Marketing Monday is our weekly-ish feature on how to become a marketing ninja warrior. Sword not included.
Welcome back to the exciting and fast-paced world of Search Engine Optimization strategies! We have arrived at part three of our four-part series on SEO (it’s almost over, I promise!), and if you need to play catch up, you can see Part 1 on keywords here, and Part 2 on search engines over here.
If you’ve done any SEO research on your own, you’ve probably noticed a weird amount of hat talk. And with the exception of olde-timey haberdashers, you probably have no idea why hats would play into SEO. Luckily for us (and unluckily for aforementioned haberdashers), it has less to do with headwear and more to do with ethics.
Fancy and well-dressed ethics, but ethics nonetheless.
There are two generally recognized approaches you can take to ethical search engine optimization: White Hat and Black Hat SEO.
White Hat SEO
White hat SEO is the softer, gentler, and almost downright cuddly angle to take when working on your content and SEO efforts.
The focus of white hat SEO is to provide real quality content for your readers, viewers and clients. This tactic focuses more on the people who are looking at your sites, and less on the algorithms that got them there. Some marks of white hat SEO are relevant backlinks (links that other sites use to direct to yours) and long-form, high-quality content. Good white hat SEO can also be spotted by a well-organized and cohesive site. But most importantly, it has relevant keywords and phrases that occur naturally and aren’t shoehorned into the content.
Black Hat SEO
Black hat SEO is the SEO equivalent of that one friend you had in college who liked to argue about rules to the professor in order to get a higher grade on the midterm. The focus of black hat SEO is to bump itself to the top of search results by any means necessary. Instead of focusing on the end user, black hat SEO focuses on the “machine” side of search engines to drive page clicks. It relies heavily on spam, tons of automated and low-quality backlinks, and “scraping,” or stealing, content from other sites, some of which may not be relevant to the site in question. Black hat SEO can also use dirty tricks like posting hidden text that the reader can’t see but search engines can, spamming comment sections with backlinks, or “parasite hosting,” which is when a spammer hosts their website on someone else’s server without permission.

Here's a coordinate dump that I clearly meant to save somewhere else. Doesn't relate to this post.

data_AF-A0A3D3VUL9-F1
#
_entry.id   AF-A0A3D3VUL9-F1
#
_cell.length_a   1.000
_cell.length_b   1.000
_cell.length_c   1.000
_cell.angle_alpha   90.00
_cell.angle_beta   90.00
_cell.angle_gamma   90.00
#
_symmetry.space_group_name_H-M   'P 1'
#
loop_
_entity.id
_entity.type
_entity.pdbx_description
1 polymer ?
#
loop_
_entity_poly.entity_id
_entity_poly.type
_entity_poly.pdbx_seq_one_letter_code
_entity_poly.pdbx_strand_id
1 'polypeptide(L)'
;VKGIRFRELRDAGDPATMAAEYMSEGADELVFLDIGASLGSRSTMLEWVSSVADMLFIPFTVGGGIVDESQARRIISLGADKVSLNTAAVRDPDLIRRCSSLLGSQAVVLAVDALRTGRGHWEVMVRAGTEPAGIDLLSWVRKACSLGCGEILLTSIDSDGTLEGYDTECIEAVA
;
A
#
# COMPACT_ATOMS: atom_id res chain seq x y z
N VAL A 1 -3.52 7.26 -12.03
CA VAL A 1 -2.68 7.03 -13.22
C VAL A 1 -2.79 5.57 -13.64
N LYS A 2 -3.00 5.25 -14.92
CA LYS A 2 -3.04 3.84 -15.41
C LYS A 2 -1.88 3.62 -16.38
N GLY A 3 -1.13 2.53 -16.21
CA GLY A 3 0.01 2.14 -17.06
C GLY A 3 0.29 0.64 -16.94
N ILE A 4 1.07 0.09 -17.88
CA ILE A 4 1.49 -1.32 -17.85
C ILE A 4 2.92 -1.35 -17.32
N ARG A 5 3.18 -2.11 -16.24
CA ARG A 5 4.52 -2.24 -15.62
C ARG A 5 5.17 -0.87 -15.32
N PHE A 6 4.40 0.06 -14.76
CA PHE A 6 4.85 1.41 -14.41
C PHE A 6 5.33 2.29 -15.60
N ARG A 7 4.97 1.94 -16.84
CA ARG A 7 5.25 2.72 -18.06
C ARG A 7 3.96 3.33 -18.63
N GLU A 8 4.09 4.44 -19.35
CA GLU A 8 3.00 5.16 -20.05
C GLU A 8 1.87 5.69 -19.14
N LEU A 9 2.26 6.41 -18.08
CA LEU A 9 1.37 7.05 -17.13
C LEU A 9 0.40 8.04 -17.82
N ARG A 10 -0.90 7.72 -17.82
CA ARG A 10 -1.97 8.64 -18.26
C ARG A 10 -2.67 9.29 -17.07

There are consequences for black hat SEO-ers, naturally. Search engines don’t like to be played like that, so they’ve developed tools to track down and ban sites that abuse their algorithms and break their rules.
How can I be sure that I’m not accidentally doing anything that a search engine would ban?
It can be easy to accidentally break the rules sometimes, and no one wants to be caught and penalized for something they didn’t know they were doing wrong. Which is why there are lots of tools and tips out there that will help you be sure that you’re abiding by rules and optimizing your searches as thoroughly as possible. We’ll be covering some of the most popular tools next week in SEO Part 4: Wait, You Mean I Could Have Had Help This Whole Time?!
Still kind of confused about SEO? Want some tips and tricks? Check out our SEO board on Pinterest!
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